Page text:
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when to see Jupiter's Great Red Spot

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#1 FlorinAndrei

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Posted 24 November 2012 - 05:02 PM

The GRS rotates with the planet, so it's not always visible. Here's one way to calculate when it should be visible:

http://www.wolframal...=great red spot

More examples related to astronomy:

http://www.wolframal.../Astronomy.html

They also have an app for the iPhone, Android and all the tablets, which works just like the website.

#2 frito

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Posted 24 November 2012 - 05:08 PM

if you have Skysafari plus or better for android or iOS i have confirmed on multiple observing sessions that it accurately depicts both the location of the GRS as well as the 4 Galilean moons and shadow positions when they pass in front of the planet. if you move forward in time within the program it will accurately show you where they will be later on that day etc.

#3 jfaust75

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Posted 24 November 2012 - 06:36 PM

It should be visible tonight around midnight here. Hoping to see it

#4 frito

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Posted 24 November 2012 - 06:43 PM

it should be easily visible from 8 pm PST till past 11 pm so i would start looking for it around 11 pm eastern time for you. i regulary see it with good or better seeing in my XT8 with 6.3, 7.5 and sometimes my 10mm Plossl so you should not have problems seeing it if conditions are right in your area tonight

#5 Seldom

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Posted 24 November 2012 - 08:24 PM

Interesting, Sky & Telescope puts the transit at 4:53 UT 11/25, and that works out to 9:53 MST 11/24, and S&T says the GRS (Great Latte Spot) should be visible for 50 minutes from transit to rise or set. Wolfram Alpha puts transit an hour earlier and says it should be visible for more than two hours either side of transit.

Who do you trust? (10:00 PM MST, and S&T was right on time.)

And kudos to Starbucks for managing a spill that would drown the earth.

#6 frito

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Posted 24 November 2012 - 08:29 PM

skysafari hasn't been wrong yet for me so ill trust it :)

#7 wky46

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Posted 24 November 2012 - 09:14 PM

Thanks for the links Florin :)

#8 Tony Flanders

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Posted 25 November 2012 - 06:40 AM

Interesting, Sky & Telescope puts the transit at 4:53 UT 11/25, and that works out to 9:53 MST 11/24, and S&T says the GRS (Great Latte Spot) should be visible for 50 minutes from transit to rise or set. Wolfram Alpha puts transit an hour earlier and says it should be visible for more than two hours either side of transit.

Who do you trust?


Wolfram Alpha is using very old data for the GRS position. They state it's at longitude 138, whereas we're currently using 184. As you can see from the JUPOS website, even we are a bit low -- I should update it to 190 or thereabouts.

Tony Flanders
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#9 Skooter

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Posted 25 November 2012 - 07:49 AM

S&T has been precise to the millisecond, as far as I can tell from 600 million miles away. :grin:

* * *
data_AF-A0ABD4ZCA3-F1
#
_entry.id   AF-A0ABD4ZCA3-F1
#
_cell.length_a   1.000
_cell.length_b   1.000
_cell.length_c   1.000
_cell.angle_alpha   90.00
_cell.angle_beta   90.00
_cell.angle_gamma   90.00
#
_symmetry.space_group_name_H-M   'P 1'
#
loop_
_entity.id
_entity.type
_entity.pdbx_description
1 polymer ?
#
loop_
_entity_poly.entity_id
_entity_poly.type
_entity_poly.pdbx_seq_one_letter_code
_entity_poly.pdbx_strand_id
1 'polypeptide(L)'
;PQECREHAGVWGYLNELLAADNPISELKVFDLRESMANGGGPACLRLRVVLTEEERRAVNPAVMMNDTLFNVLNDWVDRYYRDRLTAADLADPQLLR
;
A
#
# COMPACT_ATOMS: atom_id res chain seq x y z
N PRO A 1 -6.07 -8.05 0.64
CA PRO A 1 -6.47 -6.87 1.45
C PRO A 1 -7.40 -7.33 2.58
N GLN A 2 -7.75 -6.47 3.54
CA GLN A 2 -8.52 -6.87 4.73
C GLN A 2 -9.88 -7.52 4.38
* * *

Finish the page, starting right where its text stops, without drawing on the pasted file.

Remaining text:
#10 Eric63

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Posted 25 November 2012 - 09:20 AM

I have the Jupiter Atlas app for Ipod but does not properly compute the transit time when a time zone lag is computed based on your location. After you enter your location in the app, you need to set the time lag to 0 hours each time you start the app. With that done, it then matches sky safari and S&T.

#11 BoriSpider

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Posted 25 November 2012 - 11:44 AM

I use the computer program Jupiter2 . It's free
and works well.

#12 frito

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Posted 25 November 2012 - 12:44 PM

I use the computer program Jupiter2 . It's free
and works well.


i have it and use it to monitor the position sometimes but you must correct the location of the GRS it defaults to 129 degrees and thats wrong. fortunately it has a link to a website with the correct and current location. oh it will also show it when its at the very sides as if you might be able to see it when really you cannot yet. otherwise it is a great program.

#13 Seldom

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Posted 25 November 2012 - 02:52 PM

you must correct the location of the GRS it defaults to 129 degrees and thats wrong. fortunately it has a link to a website with the correct and current location.


Just guessing, but from the screenshots on the Jupiter2 webpage it looks like the default value for the GRS longitude may have been right for the time the program was compiled, and the data on the link to the correct transit time is a raster graphic that would be hard to extract the correct transit time from. Not really a problem because you can save the correct longitude if you "quit saving parameters".

#14 Tony Flanders

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Posted 25 November 2012 - 04:37 PM

But from the screenshots on the Jupiter2 webpage it looks like the default value for the GRS longitude may have been right for the time the program was compiled.


No doubt. The GRS has really been zipping along in recent years, often gaining more than one degree per month.